Taliban leaders recently spoke out against Human Rights Watch, a United States-based human rights organization that issued a report accusing the fundamentalist Islamic militia of violent "ethnic cleansing" during their takeover of the Northern Afghanistan city, Mazar-i Sharif, in August. The report, based on interviews with eyewitnesses who fled the massacre, describes an indiscriminate "killing frenzy" as the Taliban came into the city and singled-out the Hazaras, a Shi'ite minority in Afghanistan, for torture and execution.
A broadcast issued by Radio Kabul claimed that the report has no basis in fact and was designed to damage the image of the Taliban. The Taliban has extended an invitation to the United Nations to take a closer look into the killings to determine the truth. Human Rights Watch has also encouraged the UN to investigate the massacre.
The Taliban blame opposition forces for the Mazar-i Sharif killings and claim that the resulting deaths were just casualties of war. The Radio Kabul broadcast stated, "They [human rights groups] have been holding Taliban responsible for the killing of those who in fact were killed in fighting."
The actual number of those killed during the Mazar-i Sharif massacre has yet to be determined.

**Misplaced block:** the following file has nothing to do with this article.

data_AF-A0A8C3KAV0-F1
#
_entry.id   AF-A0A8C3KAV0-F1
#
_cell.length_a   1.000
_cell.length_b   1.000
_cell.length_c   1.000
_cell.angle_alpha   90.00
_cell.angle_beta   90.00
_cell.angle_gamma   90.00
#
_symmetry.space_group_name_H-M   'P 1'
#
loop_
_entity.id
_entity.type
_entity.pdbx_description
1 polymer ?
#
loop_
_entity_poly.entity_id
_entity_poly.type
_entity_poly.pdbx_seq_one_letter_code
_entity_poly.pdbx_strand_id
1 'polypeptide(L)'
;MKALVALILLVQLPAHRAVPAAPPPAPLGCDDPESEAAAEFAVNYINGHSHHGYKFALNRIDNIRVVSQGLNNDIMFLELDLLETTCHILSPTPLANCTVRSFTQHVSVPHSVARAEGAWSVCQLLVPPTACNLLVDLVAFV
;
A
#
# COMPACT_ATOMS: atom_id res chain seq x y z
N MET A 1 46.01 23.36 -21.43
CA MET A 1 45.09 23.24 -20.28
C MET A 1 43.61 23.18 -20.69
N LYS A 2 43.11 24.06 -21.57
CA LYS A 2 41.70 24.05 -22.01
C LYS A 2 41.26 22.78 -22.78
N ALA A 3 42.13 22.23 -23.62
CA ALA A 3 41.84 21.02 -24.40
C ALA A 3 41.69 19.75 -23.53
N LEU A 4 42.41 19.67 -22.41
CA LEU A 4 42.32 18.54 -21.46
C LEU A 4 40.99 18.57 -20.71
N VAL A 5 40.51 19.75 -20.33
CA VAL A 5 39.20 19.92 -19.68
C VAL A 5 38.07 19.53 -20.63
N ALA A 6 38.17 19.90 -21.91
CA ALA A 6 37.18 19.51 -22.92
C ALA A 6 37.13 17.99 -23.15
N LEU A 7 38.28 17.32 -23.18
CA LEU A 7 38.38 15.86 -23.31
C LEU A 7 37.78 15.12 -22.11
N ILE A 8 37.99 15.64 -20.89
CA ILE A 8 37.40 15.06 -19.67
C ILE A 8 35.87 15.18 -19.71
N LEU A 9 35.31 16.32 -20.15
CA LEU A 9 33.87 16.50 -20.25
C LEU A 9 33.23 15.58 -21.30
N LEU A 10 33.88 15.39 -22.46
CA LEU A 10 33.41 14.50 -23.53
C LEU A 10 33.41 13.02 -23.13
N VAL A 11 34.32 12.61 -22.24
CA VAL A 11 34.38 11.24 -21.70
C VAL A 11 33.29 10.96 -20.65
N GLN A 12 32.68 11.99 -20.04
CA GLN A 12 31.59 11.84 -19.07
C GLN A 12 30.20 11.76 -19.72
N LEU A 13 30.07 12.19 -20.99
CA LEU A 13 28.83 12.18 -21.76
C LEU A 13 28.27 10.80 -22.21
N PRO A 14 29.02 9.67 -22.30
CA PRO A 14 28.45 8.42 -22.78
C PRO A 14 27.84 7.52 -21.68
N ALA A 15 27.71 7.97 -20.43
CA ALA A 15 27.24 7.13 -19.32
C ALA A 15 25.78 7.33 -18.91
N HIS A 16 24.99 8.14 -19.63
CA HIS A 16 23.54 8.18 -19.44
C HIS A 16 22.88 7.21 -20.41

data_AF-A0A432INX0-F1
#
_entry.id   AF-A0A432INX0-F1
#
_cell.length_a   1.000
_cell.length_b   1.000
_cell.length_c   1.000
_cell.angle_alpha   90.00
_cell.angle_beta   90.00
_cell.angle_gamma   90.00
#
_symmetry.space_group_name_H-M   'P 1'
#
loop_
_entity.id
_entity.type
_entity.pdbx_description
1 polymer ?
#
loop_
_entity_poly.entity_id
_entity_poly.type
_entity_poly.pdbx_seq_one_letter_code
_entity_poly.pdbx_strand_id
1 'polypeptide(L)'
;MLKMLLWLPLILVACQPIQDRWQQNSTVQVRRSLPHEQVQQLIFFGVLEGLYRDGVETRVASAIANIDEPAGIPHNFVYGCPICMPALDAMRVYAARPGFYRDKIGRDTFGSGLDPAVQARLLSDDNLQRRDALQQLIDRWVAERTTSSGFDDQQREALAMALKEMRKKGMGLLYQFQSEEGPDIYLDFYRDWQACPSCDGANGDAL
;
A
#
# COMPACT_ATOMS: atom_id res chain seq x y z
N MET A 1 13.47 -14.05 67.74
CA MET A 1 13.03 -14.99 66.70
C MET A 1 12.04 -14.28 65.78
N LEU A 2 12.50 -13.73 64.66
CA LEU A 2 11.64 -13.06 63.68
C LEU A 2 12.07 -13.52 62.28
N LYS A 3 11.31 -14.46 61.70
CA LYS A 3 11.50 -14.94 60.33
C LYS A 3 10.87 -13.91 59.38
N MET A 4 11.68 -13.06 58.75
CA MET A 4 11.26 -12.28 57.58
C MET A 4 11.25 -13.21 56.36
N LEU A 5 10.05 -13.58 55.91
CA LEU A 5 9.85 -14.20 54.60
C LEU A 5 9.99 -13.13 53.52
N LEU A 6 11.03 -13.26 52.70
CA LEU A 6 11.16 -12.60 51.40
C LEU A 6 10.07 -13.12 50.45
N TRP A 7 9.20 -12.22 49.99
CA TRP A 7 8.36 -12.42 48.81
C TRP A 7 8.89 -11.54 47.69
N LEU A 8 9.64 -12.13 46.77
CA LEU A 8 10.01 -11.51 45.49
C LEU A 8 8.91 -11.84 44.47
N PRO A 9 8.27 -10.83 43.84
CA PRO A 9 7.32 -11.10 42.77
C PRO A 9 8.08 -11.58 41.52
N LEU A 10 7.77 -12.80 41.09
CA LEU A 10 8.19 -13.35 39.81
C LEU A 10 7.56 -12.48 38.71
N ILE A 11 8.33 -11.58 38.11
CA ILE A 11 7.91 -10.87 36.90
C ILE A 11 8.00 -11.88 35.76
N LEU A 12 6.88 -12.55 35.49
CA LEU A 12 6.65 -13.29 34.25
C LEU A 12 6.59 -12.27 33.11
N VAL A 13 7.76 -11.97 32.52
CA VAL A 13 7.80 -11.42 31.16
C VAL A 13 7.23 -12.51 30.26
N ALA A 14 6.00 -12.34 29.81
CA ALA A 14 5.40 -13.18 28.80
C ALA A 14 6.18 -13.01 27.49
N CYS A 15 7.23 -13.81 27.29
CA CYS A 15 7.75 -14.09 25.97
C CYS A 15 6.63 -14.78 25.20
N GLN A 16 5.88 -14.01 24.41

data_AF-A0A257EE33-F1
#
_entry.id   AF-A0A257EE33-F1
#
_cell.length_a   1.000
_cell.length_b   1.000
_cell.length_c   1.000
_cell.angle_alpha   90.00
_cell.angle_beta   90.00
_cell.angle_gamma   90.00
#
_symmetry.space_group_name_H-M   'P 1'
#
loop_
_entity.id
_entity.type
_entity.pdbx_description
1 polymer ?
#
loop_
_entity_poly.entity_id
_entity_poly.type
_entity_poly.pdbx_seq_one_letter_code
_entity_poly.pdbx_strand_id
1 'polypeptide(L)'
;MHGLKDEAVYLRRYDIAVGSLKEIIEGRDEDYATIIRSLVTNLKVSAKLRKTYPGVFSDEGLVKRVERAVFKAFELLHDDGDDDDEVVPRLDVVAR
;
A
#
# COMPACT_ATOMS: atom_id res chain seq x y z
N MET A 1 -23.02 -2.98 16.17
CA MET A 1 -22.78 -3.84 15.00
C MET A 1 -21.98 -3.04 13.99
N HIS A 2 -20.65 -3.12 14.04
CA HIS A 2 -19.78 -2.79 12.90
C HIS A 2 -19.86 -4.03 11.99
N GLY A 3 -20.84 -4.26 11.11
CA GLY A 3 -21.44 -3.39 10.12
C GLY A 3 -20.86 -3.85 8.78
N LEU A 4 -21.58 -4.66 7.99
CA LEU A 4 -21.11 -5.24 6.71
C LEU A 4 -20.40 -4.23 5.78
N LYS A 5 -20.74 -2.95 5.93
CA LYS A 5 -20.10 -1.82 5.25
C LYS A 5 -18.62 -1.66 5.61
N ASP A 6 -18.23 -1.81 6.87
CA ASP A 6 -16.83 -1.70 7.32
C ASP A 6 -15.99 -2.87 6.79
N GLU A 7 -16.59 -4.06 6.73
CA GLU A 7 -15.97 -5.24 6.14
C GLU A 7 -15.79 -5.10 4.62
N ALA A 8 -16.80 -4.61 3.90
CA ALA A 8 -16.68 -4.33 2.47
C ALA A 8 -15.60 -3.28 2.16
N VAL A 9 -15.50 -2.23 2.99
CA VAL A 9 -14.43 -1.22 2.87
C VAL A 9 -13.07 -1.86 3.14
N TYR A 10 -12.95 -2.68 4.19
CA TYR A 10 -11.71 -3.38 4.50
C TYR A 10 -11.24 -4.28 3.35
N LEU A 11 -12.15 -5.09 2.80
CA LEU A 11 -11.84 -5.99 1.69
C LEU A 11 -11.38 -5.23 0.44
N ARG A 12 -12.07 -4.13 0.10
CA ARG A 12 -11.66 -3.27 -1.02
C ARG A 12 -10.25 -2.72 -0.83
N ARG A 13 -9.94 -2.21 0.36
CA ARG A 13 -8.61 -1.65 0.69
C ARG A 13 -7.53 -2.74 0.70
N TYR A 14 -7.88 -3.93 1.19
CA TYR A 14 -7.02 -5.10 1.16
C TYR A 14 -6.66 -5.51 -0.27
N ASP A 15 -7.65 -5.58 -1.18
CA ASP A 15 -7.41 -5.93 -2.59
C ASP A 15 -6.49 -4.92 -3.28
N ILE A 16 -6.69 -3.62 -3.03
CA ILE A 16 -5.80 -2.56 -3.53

11/25/2015 Afghan Women Launch 16 Days of Activism Against Gender-Based Violence - Afghanistan marked the International Day for the Elimination of Violence Against Women and begun participating in the worldwide 16 Days of Activism Against Gender-Based Violence, which is being called in Afghanistan "Peace from Home to the World." During the launch day's event, which was attended by government officials, including First Lady Rula Ghani and women's rights activists, speakers expressed their commitment to ending violence against women.
First Lady, Rula Ghani gave a speech on ending violence against women and supporting women by stating that "war often leads society towards violence and this violence is in violation of human dignity. . . .